Wednesday, February 14, 2007

We really are not that stupid…

If politicians wish to find out why we hold them in such low regard, they need go no further than look at the wunderkind transport secretary, Douglas Alexander, who is trying to tell us that the satellite road charging system he proposes would not involve an invasion of privacy.

It is The Register, however, that notes that Alexander has also promised there would be "safeguards" to deal with the privacy issue.

Observers of the government data kleptocracy, The Register continues, will be familiar with the "safeguards" gambit, and of course one would not need to implement privacy safeguards if one were not threatening privacy, right? "So it's not exactly a denial", it concludes.

In fact, anyone familiar with the workings of satellite-based road charging systems will know that the privcy issue lies at the heart of the proposedsystem. Its central feature is differential pricing according to location, time and distance travelled, which can only work if the whereabouts of vehicles are known whenever they are on the move.

As far as safeguarding data goes though, as we noted earlier, promises on protection of data are not Alexander's to give. All we need is an EU agreement that information should be "shared" (i.e., given to government agencies) and the game is over.

And, when the technology exists for police to interrogate the on-board computer of any car – in real time - one can see that the attraction of the system would make it irresistible to enforcement agencies and sundry government officials.

But then, as the Telegraph tells us this morning, the "debate" – if you can call it that - is a sham. The decision has already been made.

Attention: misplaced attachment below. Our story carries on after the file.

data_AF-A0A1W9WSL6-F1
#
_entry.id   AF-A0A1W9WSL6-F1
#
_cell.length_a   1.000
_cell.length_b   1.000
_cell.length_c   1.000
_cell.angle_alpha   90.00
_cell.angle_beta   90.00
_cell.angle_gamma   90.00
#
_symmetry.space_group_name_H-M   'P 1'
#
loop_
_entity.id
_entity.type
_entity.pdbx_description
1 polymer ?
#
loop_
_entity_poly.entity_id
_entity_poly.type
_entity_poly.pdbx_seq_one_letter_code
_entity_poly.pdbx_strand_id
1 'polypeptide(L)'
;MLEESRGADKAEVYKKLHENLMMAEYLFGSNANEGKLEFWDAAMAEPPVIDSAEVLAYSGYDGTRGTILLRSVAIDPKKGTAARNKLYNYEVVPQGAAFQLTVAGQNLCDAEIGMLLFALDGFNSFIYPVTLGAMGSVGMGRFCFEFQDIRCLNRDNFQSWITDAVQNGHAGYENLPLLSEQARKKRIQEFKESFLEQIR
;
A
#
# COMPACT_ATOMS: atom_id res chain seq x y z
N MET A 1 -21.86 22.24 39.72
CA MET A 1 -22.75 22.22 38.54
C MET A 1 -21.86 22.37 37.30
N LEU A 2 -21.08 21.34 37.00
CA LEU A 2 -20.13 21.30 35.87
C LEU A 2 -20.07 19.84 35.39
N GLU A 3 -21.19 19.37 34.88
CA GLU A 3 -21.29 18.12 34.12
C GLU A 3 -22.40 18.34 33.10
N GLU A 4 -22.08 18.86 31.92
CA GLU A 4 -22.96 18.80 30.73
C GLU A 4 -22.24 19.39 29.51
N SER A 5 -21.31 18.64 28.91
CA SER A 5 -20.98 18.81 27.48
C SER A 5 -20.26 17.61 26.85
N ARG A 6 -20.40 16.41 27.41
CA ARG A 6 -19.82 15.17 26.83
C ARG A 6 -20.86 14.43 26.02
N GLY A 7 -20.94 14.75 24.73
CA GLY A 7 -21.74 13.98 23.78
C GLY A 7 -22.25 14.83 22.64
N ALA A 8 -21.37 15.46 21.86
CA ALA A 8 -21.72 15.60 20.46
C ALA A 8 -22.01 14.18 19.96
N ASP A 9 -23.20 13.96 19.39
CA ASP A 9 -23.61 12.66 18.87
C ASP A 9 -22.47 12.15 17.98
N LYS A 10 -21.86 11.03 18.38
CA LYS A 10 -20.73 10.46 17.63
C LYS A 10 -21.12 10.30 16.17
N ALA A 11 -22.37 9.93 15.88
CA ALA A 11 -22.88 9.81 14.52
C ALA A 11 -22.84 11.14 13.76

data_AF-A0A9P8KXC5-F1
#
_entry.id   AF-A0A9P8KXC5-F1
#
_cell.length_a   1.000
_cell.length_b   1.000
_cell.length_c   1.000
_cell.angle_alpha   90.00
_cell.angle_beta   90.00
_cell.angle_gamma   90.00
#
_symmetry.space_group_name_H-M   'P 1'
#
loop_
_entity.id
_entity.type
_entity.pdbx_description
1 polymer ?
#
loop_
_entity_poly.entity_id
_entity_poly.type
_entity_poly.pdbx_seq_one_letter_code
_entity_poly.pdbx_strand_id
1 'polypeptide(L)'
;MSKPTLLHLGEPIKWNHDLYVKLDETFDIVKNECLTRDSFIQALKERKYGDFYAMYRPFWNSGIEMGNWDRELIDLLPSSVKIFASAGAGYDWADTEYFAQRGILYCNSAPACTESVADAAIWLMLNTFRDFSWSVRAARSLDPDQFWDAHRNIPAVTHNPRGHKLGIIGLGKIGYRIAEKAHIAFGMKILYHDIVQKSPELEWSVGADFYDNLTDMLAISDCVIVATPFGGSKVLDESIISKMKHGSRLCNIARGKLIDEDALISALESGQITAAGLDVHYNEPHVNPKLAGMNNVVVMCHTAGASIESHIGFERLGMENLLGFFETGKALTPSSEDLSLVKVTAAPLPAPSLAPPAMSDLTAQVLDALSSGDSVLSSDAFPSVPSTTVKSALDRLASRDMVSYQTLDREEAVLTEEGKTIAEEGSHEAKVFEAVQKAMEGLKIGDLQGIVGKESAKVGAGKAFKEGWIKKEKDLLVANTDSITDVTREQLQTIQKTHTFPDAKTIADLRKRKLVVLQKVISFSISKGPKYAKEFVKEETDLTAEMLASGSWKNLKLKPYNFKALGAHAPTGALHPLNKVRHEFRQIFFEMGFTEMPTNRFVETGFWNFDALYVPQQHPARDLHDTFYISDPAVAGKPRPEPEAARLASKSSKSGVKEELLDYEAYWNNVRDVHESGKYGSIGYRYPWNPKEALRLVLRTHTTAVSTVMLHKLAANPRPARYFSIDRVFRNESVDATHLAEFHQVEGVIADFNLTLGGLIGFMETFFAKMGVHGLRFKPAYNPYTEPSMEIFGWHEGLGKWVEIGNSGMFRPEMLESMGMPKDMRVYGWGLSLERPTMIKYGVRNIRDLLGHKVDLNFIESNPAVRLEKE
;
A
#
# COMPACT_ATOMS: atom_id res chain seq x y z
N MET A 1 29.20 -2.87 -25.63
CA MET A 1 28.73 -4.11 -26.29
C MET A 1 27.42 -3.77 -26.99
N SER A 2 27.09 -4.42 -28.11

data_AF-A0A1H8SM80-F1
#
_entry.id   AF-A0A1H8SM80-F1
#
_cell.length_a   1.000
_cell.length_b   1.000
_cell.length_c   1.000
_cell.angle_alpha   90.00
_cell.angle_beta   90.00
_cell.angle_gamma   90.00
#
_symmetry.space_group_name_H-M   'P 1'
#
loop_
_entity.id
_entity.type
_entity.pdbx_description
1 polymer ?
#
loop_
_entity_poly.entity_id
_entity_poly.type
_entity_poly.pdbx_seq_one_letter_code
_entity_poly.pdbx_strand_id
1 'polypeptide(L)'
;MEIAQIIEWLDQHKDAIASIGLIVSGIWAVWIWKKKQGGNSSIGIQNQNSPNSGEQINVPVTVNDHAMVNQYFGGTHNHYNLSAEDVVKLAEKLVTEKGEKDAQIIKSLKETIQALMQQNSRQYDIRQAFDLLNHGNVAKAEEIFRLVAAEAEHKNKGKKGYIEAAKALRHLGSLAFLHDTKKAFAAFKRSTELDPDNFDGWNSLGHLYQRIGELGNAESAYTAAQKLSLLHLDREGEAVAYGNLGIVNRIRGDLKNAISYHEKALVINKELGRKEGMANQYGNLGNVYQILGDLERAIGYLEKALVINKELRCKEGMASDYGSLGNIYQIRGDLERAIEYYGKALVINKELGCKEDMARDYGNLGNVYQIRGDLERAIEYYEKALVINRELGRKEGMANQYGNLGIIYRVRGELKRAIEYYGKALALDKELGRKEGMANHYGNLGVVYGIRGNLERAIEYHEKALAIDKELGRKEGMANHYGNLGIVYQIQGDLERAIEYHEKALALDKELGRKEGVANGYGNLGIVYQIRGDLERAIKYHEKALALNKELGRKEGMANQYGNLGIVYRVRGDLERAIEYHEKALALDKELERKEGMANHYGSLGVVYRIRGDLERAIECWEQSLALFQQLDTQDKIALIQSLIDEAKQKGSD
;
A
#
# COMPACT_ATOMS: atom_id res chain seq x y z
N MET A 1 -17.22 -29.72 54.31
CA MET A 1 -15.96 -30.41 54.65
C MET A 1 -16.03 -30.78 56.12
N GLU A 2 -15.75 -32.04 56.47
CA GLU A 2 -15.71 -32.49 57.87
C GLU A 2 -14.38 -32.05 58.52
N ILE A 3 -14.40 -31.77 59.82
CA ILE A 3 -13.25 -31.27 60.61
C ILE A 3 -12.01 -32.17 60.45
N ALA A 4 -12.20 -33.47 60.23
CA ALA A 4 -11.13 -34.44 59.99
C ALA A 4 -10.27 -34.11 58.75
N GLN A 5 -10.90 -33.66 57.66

Furthermore, un-recorded by the media at large, the Department for Transport has already expended massive sums on the EU's Galileo system.

To September last year, in addition to a contribution of €31 million then planned, specific UK contributions to the programme have been €15.3 million (at 1998 prices) for the definition phase and €95.7 million (at 2001 prices) towards the development and validation phase. That is on top of the normal contributions to the EU, some of which have been used on Galileo.

In all, taxpayers have already "contributed" an estimated £200 million to the system at the heart of the road charging system. The government is not going to be expending that sort of money without looking for a payback and, as we know, it is already in discussion with a German technology company about implementing systems.

Slowly, therefore, people are getting the picture, and they like not what they see. That is undoubtedly why the petition is now up to 1,401,511 signatures - from 1,369,970 last night. And it looks set to reach two million by the time it closes on 20 February. The government is going to have to come to terms with the fact that we are not all as stupid as it thinks.


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